ALAMOSA — Surrounded by parents, the superintendent and assistant superintendent of Alamosa School District, Alamosa Mayor Ty Coleman, the Director of Human Resources for Alamosa County Myra McKibbon, staff associated with the Boys and Girls Club of the San Luis Valley and local residents interested in learning more about the program, Senator Michael Bennet (D) hosted a roundtable discussion on Thursday morning, Sept. 9, to hear how the expanded Child Tax Credit (CTC) is benefiting families in Alamosa.
Held at the Friends Pavilion, Bennet opened the discussion by setting the context of how childhood poverty in the United States ranks in comparison to other nations in the world and highlighting the benefits he has been hearing since the expanded Child Tax Credit took effect in July.
“Out of 41 developed nations in the world, the United States ranks 38th in the numbers of children impacted by childhood poverty,” Bennet said. “But since July, these payments have helped an overwhelming majority of parents afford things like childcare, groceries, school supplies and other necessary expenses.”
Luis Murillo, Assistant Superintendent of ASD, mentioned similar stories, including a parent being able to pay off a family car, which frees up money to care for children, and a mother who was able to buy clothes for her children.
“My kids are really active in school, and they go to dance at a studio in town,” said Ruby Beltran, a parent and member of the SLV Early Childhood Council. “This tax credit has helped me pay or their dance shoes and other costs that are a part of extracurricular activities.”
“I’m a single parent. The child tax credit has helped me pay my rent. It’s also helped with my girls who participate in sports,” said Amberly Atencio, parent, and member of the SLV Early Childhood Council.
After suggesting that there be a stronger “educational component” for the public about how the Child Tax Credit works, Mayor Coleman spoke of the positive impact the tax credit was having on the quality of life among those who are part of the Alamosa community.
“The Child Tax Credit give families facing financial challenges the hope to move forward. It gives them the freedom to not have to choose between paying the utility bill or buying groceries,” Coleman said.
Another parent attending the roundtable discussed how the Child Tax Credit was helpful to couples who live in an area with relatively low wages and having to choose between a second income and one of the parents foregoing a job because they could not afford childcare — a dilemma experienced by families that could be considered middle class.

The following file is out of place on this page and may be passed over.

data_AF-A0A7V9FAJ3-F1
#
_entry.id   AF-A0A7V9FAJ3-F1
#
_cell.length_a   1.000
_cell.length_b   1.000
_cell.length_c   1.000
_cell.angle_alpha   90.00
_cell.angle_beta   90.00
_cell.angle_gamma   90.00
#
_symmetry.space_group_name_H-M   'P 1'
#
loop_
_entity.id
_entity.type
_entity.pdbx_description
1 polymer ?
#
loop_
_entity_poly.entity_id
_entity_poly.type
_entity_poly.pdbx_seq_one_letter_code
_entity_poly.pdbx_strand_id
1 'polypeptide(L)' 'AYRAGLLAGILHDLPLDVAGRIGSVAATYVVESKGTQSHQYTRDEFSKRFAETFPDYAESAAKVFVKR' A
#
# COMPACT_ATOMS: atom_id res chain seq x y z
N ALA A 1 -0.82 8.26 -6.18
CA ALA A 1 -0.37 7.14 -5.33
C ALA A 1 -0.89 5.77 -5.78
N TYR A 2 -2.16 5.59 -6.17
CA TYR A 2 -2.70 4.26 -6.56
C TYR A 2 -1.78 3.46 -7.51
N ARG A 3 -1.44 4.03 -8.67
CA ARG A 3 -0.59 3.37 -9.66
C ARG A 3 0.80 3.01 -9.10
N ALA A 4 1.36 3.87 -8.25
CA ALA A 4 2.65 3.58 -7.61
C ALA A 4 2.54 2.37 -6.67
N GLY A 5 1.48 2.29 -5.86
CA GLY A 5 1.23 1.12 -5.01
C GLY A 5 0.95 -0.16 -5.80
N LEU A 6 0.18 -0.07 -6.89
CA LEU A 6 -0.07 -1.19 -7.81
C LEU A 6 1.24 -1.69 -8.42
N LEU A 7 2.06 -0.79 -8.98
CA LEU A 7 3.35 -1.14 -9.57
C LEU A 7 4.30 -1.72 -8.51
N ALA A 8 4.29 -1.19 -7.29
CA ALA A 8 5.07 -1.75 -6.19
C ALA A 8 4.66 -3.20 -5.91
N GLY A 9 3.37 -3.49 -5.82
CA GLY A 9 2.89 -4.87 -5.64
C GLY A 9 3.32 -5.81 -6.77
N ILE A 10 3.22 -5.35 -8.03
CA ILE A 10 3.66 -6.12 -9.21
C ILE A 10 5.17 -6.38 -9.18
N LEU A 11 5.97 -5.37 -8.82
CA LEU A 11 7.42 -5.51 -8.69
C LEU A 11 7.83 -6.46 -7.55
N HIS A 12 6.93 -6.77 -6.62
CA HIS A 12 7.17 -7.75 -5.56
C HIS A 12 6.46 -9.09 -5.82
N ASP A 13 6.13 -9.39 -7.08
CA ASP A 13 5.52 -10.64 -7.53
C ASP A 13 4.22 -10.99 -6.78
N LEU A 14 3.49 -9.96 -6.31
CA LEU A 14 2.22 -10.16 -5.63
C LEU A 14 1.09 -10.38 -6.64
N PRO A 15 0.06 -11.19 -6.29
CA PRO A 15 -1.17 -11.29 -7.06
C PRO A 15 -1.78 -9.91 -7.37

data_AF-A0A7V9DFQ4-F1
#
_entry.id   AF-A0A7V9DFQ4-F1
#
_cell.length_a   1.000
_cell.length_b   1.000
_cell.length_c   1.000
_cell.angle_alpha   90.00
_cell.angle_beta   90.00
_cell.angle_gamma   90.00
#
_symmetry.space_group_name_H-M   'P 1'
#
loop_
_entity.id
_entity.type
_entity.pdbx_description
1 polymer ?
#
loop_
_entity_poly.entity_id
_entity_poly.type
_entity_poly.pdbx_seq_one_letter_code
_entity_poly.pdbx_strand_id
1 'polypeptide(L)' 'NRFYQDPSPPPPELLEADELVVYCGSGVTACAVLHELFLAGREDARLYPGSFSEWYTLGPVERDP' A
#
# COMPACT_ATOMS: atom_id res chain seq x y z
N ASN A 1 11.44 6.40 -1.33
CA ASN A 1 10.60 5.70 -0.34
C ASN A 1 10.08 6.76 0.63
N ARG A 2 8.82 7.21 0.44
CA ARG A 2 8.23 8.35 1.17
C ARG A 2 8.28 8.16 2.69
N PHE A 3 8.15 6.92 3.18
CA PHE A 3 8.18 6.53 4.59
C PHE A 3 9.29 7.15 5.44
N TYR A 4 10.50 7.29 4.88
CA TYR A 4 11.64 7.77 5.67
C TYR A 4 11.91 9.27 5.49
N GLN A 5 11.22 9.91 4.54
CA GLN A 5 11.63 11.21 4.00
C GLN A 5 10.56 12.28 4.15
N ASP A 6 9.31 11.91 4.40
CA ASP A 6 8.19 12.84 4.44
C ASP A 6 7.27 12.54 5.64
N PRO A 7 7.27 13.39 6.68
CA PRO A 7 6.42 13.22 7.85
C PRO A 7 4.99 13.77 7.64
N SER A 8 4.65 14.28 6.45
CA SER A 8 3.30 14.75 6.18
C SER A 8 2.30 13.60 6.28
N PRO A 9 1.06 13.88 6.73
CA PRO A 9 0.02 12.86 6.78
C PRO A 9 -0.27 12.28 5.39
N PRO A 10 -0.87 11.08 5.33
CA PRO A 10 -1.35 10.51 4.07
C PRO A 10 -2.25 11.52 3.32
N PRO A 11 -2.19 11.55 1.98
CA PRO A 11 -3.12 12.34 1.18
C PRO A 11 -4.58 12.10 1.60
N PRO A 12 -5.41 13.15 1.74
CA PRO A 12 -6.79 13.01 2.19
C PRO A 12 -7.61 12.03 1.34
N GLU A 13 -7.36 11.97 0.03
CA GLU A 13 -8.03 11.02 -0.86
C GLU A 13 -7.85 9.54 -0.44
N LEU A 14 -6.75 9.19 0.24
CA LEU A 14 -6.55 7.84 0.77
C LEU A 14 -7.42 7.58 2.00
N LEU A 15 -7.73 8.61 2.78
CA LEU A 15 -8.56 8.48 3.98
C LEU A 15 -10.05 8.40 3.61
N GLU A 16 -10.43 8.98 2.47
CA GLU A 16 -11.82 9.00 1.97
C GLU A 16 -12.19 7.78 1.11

The roundtable was interactive with participants asking questions about the source of funding for the Child Tax Credit — which was part of President Joe Biden’s American Rescue Plan — or the likelihood of it being extended past tax year 2021 — which Bennet suggested was likely if the reconciliation bill passes. Bennet answered each question, occasionally making notes of suggestions offered concerning education and access online.
Sherri Valdez, moderator of the roundtable and Executive Director of the Early Childhood Council San Luis Valley, weighed in.
“The Child Tax Credit provides a historic investment in working families,” she said. “As the director of a local non-profit organization, we work with over 200 children and their families each year that live in poverty or have additional risk factors for optimal child development and school readiness. The Child Tax Credit is helping our families cover the cost of childcare, groceries, and housing, alleviating some of the stress they experience and helping them access basic needs and additional services. Legislation making the increased Child Tax Credit permanent would be a game-changer for Colorado kids and families.”
Bennet closed the roundtable on an optimistic note.
“As we saw here in Alamosa, the expanded Child Tax Credit is already making a huge difference in the lives of families in Colorado and boosting incomes. I’ll take the stories I heard today back with me to Washington next week as we work to lock in this tax credit expansion for years to come,” Bennet said.
Sen. Bennet has championed the expansion of the CTC for years. In March 2021, President Biden signed into law a one-year expansion of the CTC, based on Bennet’s American Family Act, in the American Rescue Plan Act.
Data from the U.S. Census Bureau released in August found economic hardship declined in households with children following the first payments of the expanded CTC in July. The data also shows food insufficiency dropped in households with children.
In his American Families Plan, Biden proposed permanent full refundability of the CTC, as well as extending the enhanced CTC value and monthly payments through 2025. The president also committed to working with Congress to make the full, expanded CTC permanent. Bennet and his colleagues continue to push for a permanent expansion of the Child Tax Credit in the Build Back Better package.
Whether in DC and hosting an event online, having call-in town halls or meeting with parents and local leaders in Colorado while the Senate has been on recess, Sen. Bennet has spent a significant amount of time holding similar conversations and discussions as the expanded Child Tax Credit becomes a reality, for however long, in the lives of Colorado families.